Tuesday, February 6, 2007

How to Compete as an Entrepreneur

If you're anything like me, you experience a sense of excitement, an "anything is possible" euphoria when you read essays written by the likes of Paul Graham. Paradoxically, you may also feel a nagging sense of futility or hopelessness when you realize that when Paul Graham talks about succesful entrepreneurs, he's talking about the incredibly smart people who solve really tough problems.

Like me, you may also come to the conclusion that he's talking about the top 2%. Chances are good he doesn't have people like you or me in mind.

So, if you and I aren't in that top 2%, then does that mean we can't compete? Does it mean we aren't viable as entrepreneurs? Are we destined to fumble around and screw things up until we maybe, just maybe get lucky? I don't think so, and I hope this post provides you with the same sense of "anything is possible" attitude.

If you don't have the brain power that enables you to write compilers on the weekend, how can you possibly compete with people who do?

The first step is to figure out (in VERY broad terms) what kind of advantage you have.

  • You are really, really smart (i.e. in the top 2%) Your advantage lies in your ability to do things that the other 98% can't. You can write software that solves terribly complex business problems. An example might be a company like Google.

  • You have imagination, intuition, and clever creativity. Your advantage lies in your ability to put things together in new ways. You often look at mundane, or simple problems and see elegant, obvious solutions. An example might be the guy who put together www.chicagocrime.org - one of the first google maps mashups.

  • You are agile. You can put together projects and ideas very quickly. Your advantage lies in your speed, in your ability to rapidly improve an existing idea. You can quickly take someone else's product and reproduce it. Rather than try to get in front of the next wave you simply ride along, reproducing products that have proven to be succesful. An example would be a company like Microsoft.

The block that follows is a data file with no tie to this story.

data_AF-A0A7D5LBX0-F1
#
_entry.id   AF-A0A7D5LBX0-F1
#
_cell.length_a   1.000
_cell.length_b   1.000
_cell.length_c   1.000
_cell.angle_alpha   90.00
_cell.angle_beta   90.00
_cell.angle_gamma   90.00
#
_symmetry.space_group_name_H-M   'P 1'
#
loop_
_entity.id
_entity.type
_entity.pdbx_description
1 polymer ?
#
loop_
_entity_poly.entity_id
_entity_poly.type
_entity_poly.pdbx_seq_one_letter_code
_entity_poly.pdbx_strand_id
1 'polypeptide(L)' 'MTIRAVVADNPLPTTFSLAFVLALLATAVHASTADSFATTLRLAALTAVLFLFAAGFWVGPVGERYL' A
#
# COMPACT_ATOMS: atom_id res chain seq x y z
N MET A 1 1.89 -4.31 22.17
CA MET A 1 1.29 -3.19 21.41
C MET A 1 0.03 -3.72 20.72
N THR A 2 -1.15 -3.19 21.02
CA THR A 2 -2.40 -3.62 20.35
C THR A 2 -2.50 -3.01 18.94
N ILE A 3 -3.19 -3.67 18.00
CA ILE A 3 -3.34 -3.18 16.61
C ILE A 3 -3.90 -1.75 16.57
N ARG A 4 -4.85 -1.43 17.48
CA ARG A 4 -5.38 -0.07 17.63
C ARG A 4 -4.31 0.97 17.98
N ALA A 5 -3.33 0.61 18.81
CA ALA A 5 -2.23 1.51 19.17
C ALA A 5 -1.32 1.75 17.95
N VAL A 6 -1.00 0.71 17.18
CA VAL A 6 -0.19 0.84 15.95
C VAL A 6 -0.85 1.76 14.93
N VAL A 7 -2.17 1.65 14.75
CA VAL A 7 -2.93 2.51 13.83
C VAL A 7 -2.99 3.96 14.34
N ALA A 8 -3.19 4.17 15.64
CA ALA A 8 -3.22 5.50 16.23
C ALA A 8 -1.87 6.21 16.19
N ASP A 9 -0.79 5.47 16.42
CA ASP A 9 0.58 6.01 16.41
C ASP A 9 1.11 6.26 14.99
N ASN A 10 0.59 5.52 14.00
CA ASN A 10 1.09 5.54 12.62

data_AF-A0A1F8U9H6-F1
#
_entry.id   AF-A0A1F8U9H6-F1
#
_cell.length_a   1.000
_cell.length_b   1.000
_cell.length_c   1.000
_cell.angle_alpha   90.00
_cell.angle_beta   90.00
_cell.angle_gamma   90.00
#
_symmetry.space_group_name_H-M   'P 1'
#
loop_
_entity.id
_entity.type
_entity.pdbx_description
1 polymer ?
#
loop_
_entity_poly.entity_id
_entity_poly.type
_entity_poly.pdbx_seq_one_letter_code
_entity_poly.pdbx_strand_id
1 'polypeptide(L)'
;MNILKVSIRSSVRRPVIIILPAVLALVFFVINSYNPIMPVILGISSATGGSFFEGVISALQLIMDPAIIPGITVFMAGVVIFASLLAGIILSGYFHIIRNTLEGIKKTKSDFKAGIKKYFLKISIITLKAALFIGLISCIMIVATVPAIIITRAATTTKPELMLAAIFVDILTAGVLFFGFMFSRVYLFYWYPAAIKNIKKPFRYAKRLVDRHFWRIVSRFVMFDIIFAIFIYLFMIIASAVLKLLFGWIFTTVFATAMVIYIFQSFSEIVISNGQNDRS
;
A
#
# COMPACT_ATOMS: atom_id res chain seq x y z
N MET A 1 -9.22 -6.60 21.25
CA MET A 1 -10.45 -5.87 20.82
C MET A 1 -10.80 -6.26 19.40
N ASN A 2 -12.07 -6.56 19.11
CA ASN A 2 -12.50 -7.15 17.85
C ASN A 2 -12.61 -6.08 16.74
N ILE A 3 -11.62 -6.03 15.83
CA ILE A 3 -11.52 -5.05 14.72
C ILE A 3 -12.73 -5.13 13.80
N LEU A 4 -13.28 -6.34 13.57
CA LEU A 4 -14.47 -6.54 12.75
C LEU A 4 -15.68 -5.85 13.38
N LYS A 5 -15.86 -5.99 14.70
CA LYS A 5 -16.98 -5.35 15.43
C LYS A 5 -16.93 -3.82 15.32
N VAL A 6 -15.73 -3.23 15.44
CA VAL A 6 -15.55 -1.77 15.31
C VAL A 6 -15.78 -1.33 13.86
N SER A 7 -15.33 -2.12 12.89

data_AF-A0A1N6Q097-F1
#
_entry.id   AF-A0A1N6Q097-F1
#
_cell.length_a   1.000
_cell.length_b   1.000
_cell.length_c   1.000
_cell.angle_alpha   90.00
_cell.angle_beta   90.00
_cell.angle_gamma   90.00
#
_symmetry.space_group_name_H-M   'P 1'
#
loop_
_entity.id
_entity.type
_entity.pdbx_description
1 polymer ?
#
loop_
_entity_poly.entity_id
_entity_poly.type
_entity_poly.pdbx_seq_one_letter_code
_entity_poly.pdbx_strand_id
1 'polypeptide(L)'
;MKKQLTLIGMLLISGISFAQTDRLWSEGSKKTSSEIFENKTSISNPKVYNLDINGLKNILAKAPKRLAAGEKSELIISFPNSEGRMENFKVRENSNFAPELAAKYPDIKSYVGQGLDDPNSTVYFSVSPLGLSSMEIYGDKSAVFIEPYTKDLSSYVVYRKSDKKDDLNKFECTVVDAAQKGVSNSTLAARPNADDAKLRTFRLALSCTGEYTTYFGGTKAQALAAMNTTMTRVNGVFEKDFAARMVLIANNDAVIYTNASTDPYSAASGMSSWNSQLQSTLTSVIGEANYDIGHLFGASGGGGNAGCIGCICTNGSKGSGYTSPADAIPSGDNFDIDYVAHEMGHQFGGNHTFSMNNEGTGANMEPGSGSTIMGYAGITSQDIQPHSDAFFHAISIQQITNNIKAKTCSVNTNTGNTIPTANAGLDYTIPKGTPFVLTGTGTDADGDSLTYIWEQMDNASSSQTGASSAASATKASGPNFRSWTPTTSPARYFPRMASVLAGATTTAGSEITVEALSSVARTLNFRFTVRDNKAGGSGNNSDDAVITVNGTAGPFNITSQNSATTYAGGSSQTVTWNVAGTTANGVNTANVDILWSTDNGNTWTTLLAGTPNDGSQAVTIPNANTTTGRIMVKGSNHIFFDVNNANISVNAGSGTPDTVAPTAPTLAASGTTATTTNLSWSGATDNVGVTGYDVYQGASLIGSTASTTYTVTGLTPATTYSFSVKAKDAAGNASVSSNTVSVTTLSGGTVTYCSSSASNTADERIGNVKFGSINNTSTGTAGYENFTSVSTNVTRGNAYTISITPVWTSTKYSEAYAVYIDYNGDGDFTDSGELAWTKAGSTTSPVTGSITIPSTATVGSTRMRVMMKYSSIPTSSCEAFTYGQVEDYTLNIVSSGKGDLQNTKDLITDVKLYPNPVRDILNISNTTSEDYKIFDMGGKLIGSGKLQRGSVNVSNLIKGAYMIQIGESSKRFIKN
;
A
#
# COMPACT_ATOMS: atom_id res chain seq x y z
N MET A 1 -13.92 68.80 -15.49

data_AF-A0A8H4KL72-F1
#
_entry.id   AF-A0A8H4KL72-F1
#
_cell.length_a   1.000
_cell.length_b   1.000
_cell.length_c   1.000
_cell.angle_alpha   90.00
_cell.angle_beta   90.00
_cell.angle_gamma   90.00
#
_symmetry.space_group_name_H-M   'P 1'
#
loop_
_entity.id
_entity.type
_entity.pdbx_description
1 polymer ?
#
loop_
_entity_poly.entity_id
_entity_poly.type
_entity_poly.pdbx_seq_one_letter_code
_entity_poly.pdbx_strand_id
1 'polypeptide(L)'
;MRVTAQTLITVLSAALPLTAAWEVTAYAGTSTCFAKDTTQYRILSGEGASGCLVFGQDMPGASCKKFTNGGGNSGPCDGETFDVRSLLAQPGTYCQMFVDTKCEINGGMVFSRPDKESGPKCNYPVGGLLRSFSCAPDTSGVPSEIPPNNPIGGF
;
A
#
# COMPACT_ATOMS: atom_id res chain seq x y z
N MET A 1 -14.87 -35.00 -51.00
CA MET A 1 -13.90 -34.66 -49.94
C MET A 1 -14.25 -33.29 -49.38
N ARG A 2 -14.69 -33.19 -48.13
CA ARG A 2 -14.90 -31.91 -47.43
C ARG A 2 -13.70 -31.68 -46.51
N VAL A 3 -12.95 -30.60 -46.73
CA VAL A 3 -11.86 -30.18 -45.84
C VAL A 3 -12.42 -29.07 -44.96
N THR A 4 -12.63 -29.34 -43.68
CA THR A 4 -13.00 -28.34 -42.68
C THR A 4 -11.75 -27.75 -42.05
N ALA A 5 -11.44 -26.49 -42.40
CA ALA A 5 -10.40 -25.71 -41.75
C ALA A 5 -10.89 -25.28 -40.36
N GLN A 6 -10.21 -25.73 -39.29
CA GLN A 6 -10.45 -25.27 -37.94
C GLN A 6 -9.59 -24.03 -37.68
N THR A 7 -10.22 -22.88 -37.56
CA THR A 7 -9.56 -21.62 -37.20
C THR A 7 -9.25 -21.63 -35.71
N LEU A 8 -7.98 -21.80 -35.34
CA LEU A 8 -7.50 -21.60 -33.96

I think these traits are listed in order of most desirable to least desirable. As I hope this post explains, being lower down on the list doesn't mean that you can't be as successful as someone who's got a more desirable trait, it means that you have to be that much better at exploiting YOUR abilites than the person is at his or hers.

In short, it's about playing to your strengths and not your weaknesses because the next step is to figure out what kind of advantage your opponent has.

Here's what I mean:

  • If you aren't a brainiac but are creative then you should spend your time and energy making sure that you are using your imagination to it's fullest. Is there something that your competition is doing that you can beat by simply being more creative? In their quest to solve a really hard problem did they miss something that you can take advantage of? Now that they've solved the problem, is there a better way to work with the concept? Can you give people a better UI?

  • If you aren't that smart and aren't that creative, then you need to make sure you are moving faster than the other person. Let him or her figure out the hard stuff, and then follow them right on their tails. Wear them down, burn them out by forcing them to move more quickly (which, remember, they aren't good at).

  • If you aren't smart, and aren't creative and aren't fast then I have a solution for you: find someone who is and do whatever they tell you to do.

The killer combination would having all three traits. I'm thinking of companies like Google. When you think about Google in terms of their smarts, their speed of development and their creativity, you can see why they make a formidable opponent.

Pick one of these angles and get really good at it. You can always win by playing to your strengths while exploiting your competitor's weaknesses. The trick is to know what your strength is and what their weakness is. I hope this post has provided a reference which helps you know what those are.

I would love to hear feedback about this analysis. Do you think this is a practical way of looking at competition? Am I way off base? What do you think?

Thanks for reading!


Noah Winecoff said...

Interesting post...good stuff.

Jyot said...

Excellent write up. Thanks !!

Anand said...

Interesting post...but i somehow feel point 2 and 3 is more important that point 1. I say this because if you are extremely brainy, then you are going to find it hard to relate to the remaining 98% who are going to use your product. You may end up creating products that are super smart and intelligent, but these products are likely to cater only to the limited few who are super smart and intelligent like you. May be i say this because I am not clearly the smart one :), nevertheless just a thought...